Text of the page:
Wellness Consciousness

I don’t often write about health, but today I have something to add to the conversation. What I’d like you to understand is that being free of sickness is not some distant dream. It is, in fact, something that real human beings are presently enjoying, even for decades at a time.

I’m not claiming a perfect prescription for long-term health, you understand. I’m just passing along things I’ve come to know. Every person is different and every circumstance is different. And, of course, luck does play some role in this, even if it comes down to inheriting a healthy set of genes.

Still, I am certain that if people were to give this some attention, many more people would be sickness-free, and for long periods of time at that.

What Chuck Heston Reluctantly Admitted

I’d like you to take a look at this clip of Charlton Heston, taken from a long-format interview with Dick Cavett. As the clip begins, Cavett and Michael Crichton had been discussing the problems of medical practice and hospitals. And then, as you’ll see, Cavett turns and asks Heston if he fears hospitals.

What you’ll learn then is that Heston – 46 years old at this time – had never really been sick. To me, he seems a bit reluctant to get into the subject, and I think I know why: So many people get sick so often – seemingly everyone – that he feels a need to pull back from the subject. His admission is the kind of thing that can generate negative comparisons, and thus envy, which can be a real danger.

Most people, of course, focus tremendously on sickness. To some extent that’s understandable; sickness kills, after all. But a focus on sickness also primes us for it, as I’ll explain a bit further below. You can even hear people talking about how sick they’ve been as a badge of honor.

And before anyone treats Heston as merely a freak of good luck, I’d like to add that I’ve know other people, less famous, who’ve also been sickness-free for long periods.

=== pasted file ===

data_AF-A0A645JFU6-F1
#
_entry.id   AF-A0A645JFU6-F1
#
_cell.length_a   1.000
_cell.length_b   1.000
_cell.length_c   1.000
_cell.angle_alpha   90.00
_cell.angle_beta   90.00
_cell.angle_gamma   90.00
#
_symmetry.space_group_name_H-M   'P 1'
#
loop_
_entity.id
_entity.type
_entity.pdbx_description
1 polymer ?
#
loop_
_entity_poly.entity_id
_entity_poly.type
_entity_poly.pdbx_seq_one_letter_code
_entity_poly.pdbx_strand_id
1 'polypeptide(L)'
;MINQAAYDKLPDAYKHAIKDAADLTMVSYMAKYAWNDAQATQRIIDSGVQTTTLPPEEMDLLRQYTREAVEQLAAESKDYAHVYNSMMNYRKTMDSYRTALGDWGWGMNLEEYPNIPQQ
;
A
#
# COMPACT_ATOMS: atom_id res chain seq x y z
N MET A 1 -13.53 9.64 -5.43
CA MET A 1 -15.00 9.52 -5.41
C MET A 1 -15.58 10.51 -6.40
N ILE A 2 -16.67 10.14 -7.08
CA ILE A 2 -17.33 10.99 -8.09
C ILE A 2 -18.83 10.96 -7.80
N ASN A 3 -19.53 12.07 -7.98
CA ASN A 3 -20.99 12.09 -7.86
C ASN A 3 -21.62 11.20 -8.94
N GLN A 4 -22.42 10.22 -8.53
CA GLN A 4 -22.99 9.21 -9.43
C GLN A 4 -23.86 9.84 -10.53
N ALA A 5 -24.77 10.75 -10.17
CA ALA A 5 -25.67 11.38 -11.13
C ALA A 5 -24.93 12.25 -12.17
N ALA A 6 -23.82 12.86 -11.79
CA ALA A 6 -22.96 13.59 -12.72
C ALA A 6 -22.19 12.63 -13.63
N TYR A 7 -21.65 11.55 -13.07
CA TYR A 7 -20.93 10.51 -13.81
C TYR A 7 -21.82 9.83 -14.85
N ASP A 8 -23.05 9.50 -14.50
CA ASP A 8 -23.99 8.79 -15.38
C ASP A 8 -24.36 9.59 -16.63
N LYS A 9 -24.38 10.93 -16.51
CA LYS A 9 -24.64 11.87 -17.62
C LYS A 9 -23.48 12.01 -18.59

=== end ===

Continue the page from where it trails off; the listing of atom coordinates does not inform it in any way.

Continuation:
One of these people was a doctor my parents knew. One of my dad’s best friends in life was a doctor, and this man’s partner in practice came to the belief that sickness was primarily mental. And so he trained himself to fight it mentally. As of 1972 or so, he hadn’t been sick in twenty years. I don’t know what happened to him after that, but he was about 50 years old at the time.

I know another gentleman who has been sickness-free for quite a bit more than twenty years. He’ll have the occasional runny nose or weariness from overwork, but almost nothing more. And he doesn’t talk about it.

I further suspect that there are a significant number of others who enjoy long-term health, but avoid talking about it very much. Since many people are so accepting of getting sick as a norm and so terribly status-conscious, talking about such a thing is a recipe for making others feel bad.

How Does It Work?

Here again I’ll tell you what I know, and you can make up your own mind and/or pursue it as you see fit.

The first step seems to be this: Just stop expecting to get sick. If that sounds trivial, please try to do it. Between big pharma’s endless TV advertisements, the annual winter fear-fest and the sickness-is-the-norm expectations of those around you, it’s a lot harder than you’d think.

Expectations are immensely powerful, and while the ties between what we expect and what we get can be murky, they are often quite real. People who train themselves not to be sick – energetically fighting the expectation of “I’m getting sick,” among other things – very often do not get sick.

Another useful piece of the wellness puzzle came to us from the study of cellular receptors and neuropeptides. Here’s how I explained the basics of this in A Lodging of Wayfaring Men:

Emotions are not just a mental thing. When you experience almost any strong emotion, special molecules called neuropeptides pour into your bloodstream. These molecules bind with receptors on your cells… and cells can have thousands, or even a million receptors each. In this way, your emotions are transmitted all through your body.

This is pretty well established science, by the way, beginning with the discovery of the opium receptor by Candace Pert in 1978.

It shouldn’t be a surprise, then, that expecting to get sick might prime our bodies to get sick… and that expecting to be well might prime our bodies to be well.

I can’t prove this scientifically, of course. I have neither the time nor a crew of loyal medical researchers. But it is measurable.

All That Said…

All that said, I am convinced of two things:

  1. By expecting themselves to get sick… even to gain some sort of status or acceptance from it… millions of people are sick far more often than they need to be.

  2. That by cultivating a wellness frame of mind – of obstinately rejecting sickness – a large number of us can enjoy long-term wellness.